Tuesday, February 22, 2011

The Future of Planning

Last Friday, the University of Michigan played host for the Michigan Association of Planning Student Conference.  There were also students from Michigan State, Western, Eastern, Central, Wayne State, and Lawrence Tech who attended the day-long event.  Unfortunately, because of work, I missed the afternoon session, but I did manage to catch some morning presentations, enjoy lunch, and make it back in time for the social gathering at Grizzly Peak, a local watering hole.

An opening talk was given by the Dean from LTU, on the topic of "Tales of Detroit & New Orleans Climate Change."  There are some interesting parallels between the two cities even though the problems of one occurred by natural disaster and the other by much more human oriented reasons.  Detroit can also look at New Orleans to see how it might be able to do some of its rebuilding.  However, the most intriguing part of the presentation was the suggestion that, because of climate change, Detroit and the rest of the Midwestern rust belt can rebound.

Most booming cities of the last few decades have been in the south and the west, or what is often called the Sun Belt because those regions have a much warmer climate, not to mention natural resources, space, and people.  People want to be where its nicer, but with climate change increasing temperatures these places may become unbearable for certain periods of time.  The Sun Belt is also prone to greater numbers of natural disasters than Michigan is, and those may increase in magnitude or happen more often.  So, it was suggested that if Michigan and the upper Midwest can maintain a minimal amount of diversity and create a decent economic climate, people will return once again.  There will be another shift from the Sun Belt back to the "Great Midwestern Greenbelt" where our summers will be like northern Arkansas and our winters like southern Ohio.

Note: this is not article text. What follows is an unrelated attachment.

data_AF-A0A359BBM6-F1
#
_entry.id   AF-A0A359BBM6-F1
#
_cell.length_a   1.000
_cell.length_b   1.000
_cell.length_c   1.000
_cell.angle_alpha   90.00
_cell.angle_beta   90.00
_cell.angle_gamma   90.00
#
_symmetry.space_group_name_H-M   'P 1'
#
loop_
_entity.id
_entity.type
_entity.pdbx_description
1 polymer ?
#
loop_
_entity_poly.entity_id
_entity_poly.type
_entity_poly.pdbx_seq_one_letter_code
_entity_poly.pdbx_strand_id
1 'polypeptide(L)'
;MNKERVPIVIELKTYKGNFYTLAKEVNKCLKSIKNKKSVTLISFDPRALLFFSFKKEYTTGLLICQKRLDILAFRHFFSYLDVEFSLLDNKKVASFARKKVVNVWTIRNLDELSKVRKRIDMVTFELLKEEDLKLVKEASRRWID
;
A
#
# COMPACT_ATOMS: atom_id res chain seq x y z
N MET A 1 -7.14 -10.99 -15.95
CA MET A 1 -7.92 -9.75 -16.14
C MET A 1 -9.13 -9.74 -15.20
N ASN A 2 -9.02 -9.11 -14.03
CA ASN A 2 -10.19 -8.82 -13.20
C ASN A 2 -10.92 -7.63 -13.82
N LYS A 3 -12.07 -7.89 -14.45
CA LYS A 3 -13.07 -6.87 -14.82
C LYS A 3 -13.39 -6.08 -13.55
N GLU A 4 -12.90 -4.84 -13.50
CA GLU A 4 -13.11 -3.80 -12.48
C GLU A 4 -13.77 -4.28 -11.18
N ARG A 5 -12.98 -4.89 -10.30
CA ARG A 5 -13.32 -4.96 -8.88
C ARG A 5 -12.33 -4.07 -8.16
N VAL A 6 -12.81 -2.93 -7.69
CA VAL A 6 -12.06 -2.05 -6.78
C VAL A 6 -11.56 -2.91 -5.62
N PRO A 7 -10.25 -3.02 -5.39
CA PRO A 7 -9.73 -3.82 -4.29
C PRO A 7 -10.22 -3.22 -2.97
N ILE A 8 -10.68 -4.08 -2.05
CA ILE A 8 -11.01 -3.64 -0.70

Beyond this presentation, I went to a session of student presentations on data visualization, urban agriculture in Detroit, light rail on the Woodward Avenue corridor in Detroit, and the concept of a "Recovery Park" for a Detroit neighborhood.  These were all good presentations and showed some of the diversity of what planning students from around the state are working on.  Unfortunately, by missing the afternoon session, I was a bad peer and missed all of the presentations given by my Michigan classmates.

The conference was pretty good for what I made it for, including a delicious lunch and drinks afterwards.  It was nice to take a break from the normal schedule of classes for this, and seeing what other students are doing was cool instead of always seeing professors and professionals talk about their stuff.

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